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AHP Releases Quality Control Standards Monograph for Aloe Vera
ISSUE:
Page:
19

The American Herbal Pharmacopoeia (AHP) has published its 34th monograph, which features quality control standards for aloe vera leaf, leaf juice, and inner leaf juice. The monograph focuses on commercially available A. vera plant materials, and also includes information on additional species in the genus Aloe (Xanthorrhoeaceae).

Each AHP monograph serves as an authoritative guide for verifying botanical purity and identification, and establishes quality and composition guidelines to be used for fulfilling Good Manufacturing Practice (GMP) requirements. Additionally, the monographs provide details on the historic uses of the herb, photographs and images for identification purposes, as well as information regarding physical and chemical analytical methods.

According to the AHP monograph, released on December 18, 2012, “The plant genus Aloe has a history of economic and medicinal use that spans thousands of years and is the source of some of the oldest-known herbal medicines.”AHP addresses three parts of the aloe vera plant, sometimes referred to by its synonym A. barbadensis, including the leaf, leaf juice, and inner leaf juice. Over the past two decades, both aloe vera leaf juice and gel have become popular botanical materials.The monograph will be of use for individuals and organizations that use aloe vera, including suppliers, manufacturers, researchers, regulators, and government agencies.

“I am ecstatic that AHP is the first pharmacopoeial standard developed for aloe vera leaf and inner leaf juice as these are important herbal products worldwide,” said AHP Executive Director Roy Upton in the organization’s press release.2

AHP received support for the monograph from the International Aloe Science Council (IASC), a nonprofit trade organization based in Silver Spring, Maryland. “AHP worked collaboratively with IASC to establish the standards as a way to establish a clear benchmark of quality and purity,” said Upton (email, January 8, 2013). “AHP maintained complete editorial control over the entire process and content. The monograph was then subjected to peer review by IASC and industry experts, as well as a host of independent academic aloe experts.”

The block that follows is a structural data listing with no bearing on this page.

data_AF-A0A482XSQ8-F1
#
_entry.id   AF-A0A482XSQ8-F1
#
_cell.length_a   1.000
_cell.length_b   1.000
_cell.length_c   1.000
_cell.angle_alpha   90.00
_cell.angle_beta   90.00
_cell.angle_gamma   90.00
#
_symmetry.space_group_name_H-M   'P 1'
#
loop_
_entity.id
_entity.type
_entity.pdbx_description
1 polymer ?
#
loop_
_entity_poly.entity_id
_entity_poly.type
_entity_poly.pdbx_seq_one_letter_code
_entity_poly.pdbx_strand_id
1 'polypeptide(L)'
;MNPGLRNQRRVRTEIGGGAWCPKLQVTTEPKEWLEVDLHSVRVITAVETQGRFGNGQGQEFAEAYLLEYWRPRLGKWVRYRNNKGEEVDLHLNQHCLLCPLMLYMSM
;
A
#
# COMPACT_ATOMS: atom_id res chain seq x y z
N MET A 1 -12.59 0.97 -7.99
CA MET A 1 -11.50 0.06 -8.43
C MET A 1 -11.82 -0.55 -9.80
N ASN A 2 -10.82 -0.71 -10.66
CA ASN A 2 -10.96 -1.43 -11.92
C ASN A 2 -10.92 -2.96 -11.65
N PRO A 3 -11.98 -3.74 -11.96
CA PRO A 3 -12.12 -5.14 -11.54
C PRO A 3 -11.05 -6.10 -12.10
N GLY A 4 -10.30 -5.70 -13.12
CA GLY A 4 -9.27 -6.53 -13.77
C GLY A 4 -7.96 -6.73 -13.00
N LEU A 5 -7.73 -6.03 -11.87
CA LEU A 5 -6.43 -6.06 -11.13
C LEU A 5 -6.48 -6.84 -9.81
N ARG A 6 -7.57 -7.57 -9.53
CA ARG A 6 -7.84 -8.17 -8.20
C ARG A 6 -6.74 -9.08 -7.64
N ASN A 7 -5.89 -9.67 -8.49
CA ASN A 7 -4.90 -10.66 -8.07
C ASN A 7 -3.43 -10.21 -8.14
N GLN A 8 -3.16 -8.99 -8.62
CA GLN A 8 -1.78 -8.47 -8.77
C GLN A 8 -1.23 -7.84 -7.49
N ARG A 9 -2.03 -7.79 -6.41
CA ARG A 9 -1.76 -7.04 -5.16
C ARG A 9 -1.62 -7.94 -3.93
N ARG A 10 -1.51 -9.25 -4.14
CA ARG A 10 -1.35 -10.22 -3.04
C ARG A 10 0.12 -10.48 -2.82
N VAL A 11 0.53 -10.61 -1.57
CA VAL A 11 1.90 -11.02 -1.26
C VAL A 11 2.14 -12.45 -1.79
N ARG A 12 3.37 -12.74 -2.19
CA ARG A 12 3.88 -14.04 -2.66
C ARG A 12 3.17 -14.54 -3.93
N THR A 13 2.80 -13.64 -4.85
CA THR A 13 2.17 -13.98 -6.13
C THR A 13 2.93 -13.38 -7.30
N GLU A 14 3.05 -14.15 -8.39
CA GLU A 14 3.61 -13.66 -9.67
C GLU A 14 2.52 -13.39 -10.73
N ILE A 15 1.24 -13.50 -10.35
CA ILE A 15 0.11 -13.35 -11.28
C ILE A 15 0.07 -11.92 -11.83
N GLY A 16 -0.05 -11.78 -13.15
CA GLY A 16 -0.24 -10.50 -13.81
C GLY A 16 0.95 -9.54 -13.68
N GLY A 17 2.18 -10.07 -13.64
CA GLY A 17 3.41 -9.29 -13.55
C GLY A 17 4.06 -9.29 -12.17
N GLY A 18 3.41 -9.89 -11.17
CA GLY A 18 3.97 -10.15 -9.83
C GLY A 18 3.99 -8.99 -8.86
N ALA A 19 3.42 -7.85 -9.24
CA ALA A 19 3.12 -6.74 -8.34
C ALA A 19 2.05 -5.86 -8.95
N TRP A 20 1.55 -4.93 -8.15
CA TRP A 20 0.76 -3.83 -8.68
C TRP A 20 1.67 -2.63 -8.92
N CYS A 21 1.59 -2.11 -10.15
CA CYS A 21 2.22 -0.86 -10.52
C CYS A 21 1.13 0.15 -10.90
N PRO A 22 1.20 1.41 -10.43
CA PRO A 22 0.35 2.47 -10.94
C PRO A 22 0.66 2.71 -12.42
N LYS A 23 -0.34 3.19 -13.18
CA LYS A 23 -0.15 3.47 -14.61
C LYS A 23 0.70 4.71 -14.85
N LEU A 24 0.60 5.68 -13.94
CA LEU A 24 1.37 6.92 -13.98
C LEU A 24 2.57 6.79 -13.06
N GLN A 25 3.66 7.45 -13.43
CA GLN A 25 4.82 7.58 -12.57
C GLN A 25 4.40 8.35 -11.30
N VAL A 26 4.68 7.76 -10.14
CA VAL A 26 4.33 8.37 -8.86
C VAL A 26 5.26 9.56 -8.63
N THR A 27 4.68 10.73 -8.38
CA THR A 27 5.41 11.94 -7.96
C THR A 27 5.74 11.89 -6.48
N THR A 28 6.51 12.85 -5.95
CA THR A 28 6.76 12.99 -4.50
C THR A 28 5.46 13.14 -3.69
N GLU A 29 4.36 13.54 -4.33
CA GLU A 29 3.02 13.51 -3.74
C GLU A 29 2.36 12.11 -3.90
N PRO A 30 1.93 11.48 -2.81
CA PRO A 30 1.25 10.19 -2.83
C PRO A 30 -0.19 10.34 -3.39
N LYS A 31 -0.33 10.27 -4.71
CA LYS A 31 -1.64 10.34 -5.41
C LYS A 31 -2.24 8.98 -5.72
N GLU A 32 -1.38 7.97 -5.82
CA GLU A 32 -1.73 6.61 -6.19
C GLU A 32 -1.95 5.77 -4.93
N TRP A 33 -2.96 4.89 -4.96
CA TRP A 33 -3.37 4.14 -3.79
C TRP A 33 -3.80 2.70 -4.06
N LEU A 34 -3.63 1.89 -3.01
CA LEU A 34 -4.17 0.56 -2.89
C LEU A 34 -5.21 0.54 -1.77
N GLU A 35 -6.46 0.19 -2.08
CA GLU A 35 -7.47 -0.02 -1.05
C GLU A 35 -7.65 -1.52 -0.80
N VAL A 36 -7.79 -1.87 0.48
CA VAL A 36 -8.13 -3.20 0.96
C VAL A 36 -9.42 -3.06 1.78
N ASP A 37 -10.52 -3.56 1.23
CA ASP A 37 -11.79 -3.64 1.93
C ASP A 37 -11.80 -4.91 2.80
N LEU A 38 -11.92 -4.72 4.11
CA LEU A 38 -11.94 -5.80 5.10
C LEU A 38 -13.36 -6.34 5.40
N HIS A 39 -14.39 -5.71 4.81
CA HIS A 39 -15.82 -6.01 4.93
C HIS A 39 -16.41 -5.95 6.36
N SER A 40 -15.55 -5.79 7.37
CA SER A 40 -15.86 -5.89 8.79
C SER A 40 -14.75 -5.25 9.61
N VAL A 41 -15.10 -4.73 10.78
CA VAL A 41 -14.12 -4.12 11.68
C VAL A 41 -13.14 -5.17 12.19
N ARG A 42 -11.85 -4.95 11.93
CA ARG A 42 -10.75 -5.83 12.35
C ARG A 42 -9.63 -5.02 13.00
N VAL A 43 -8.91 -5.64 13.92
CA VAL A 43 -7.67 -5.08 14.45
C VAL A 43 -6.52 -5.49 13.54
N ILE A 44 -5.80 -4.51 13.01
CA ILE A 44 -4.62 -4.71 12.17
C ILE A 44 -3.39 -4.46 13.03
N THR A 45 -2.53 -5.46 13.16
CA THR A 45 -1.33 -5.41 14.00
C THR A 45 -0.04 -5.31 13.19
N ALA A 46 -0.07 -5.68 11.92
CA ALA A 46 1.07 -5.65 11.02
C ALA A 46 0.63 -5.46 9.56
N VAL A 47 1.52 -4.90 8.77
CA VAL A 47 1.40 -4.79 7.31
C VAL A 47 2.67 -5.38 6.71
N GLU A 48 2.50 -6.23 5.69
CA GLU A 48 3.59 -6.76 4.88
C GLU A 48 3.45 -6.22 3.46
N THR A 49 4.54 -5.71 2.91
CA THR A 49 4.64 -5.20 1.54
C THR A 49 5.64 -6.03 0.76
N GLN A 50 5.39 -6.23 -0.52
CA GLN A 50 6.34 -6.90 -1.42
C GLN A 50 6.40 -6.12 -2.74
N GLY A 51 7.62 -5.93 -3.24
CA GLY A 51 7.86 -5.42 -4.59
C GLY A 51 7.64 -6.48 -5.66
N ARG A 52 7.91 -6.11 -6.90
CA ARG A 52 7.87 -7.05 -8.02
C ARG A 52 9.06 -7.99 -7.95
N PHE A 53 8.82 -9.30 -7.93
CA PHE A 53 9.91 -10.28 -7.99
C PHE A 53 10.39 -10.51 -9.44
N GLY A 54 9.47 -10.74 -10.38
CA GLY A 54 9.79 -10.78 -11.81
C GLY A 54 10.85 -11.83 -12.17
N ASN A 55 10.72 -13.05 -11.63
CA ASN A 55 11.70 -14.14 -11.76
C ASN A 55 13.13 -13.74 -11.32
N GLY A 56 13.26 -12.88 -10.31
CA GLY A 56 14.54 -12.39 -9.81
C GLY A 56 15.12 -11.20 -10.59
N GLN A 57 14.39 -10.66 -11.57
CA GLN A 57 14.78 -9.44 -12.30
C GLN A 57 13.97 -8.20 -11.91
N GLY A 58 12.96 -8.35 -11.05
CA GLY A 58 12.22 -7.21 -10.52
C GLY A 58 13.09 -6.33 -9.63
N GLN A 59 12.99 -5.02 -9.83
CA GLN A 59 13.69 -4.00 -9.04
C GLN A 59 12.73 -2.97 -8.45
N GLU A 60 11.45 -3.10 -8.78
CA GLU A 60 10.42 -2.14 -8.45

The AHP aloe monograph provides much-needed information and guidance on the potential carcinogenicity of some orally ingested aloe vera material, which was brought into question by a 2011 report from the National Toxicity Program (NTP). In a two-year study, the NTP found a link between non-decolorized whole leaf extract and tumors of the large intestine in mice and rats.However, the aloe vera material used in the study contained high amounts of the anthraquinone compound aloin. 

“Some of these products averaged 6,300 ppm [parts per million] of aloin A and are completely different than many aloe vera juice products on the market that limit aloin to less than 5 ppm,” Upton stated in the press release.“I am happy that we can clarify the distinctions between the high-aloin-containing products for which safety concerns have been noted and help establish the standards for ensuring identity, purity, quality, and safety of aloe juice products.”

The therapeutic compendium section for the AHP aloe monograph — a component which will contain pharmacological and clinical data on various types of aloe materials that usually is released with AHP quality standards monographs — is anticipated to be developed in the near future, according to the press release. 

“We look forward to developing the therapeutic compendium, both because we like having a complete dossier for every herb we monograph but also because there are a number of studies showing the health benefits and establishing the safety of aloe vera juice that meet the AHP-IASC standards,” Upton told the American Botanical Council in an email. “It would be good to get this information out there so consumers can make a clear distinction between products yielding high levels of anthraquinones and those that meet AHP-IASC standards and yield less than 10 ppm aloins.”

The monograph for aloe vera leaf, leaf juice, and inner leaf juice is available through AHP’s website at

www.herbal-ahp.org. PDFs are available for $35.95, and printed four-color versions can be purchased for $44.95.

 

—Tyler Smith

 

References

1. Upton R, Axentiev P (eds.). Aloe vera leaf, aloe vera leaf juice, aloe vera inner leaf juice: standards of identity, analysis, and quality control. American Herbal Pharmacopoeia website. Available at: www.herbal-ahp.org/order_online.htm. Accessed January 9, 2013.

2. AHP releases monograph standards for aloe vera leaf, aloe vera leaf juice, aloe vera inner leaf juice (Aloe vera (L.) Burm f.) [press release]. Scotts Valley, CA: American Herbal Pharmacopoeia. December 18, 2012. Available at: www.herbal-ahp.org/news.htm. Accessed January 4, 2013.

3. Herbs at a glance: aloe vera. National Center for Complementary and Alternative Medicine website. Available at: http://nccam.nih.gov/health/aloevera. Accessed January 4, 2013.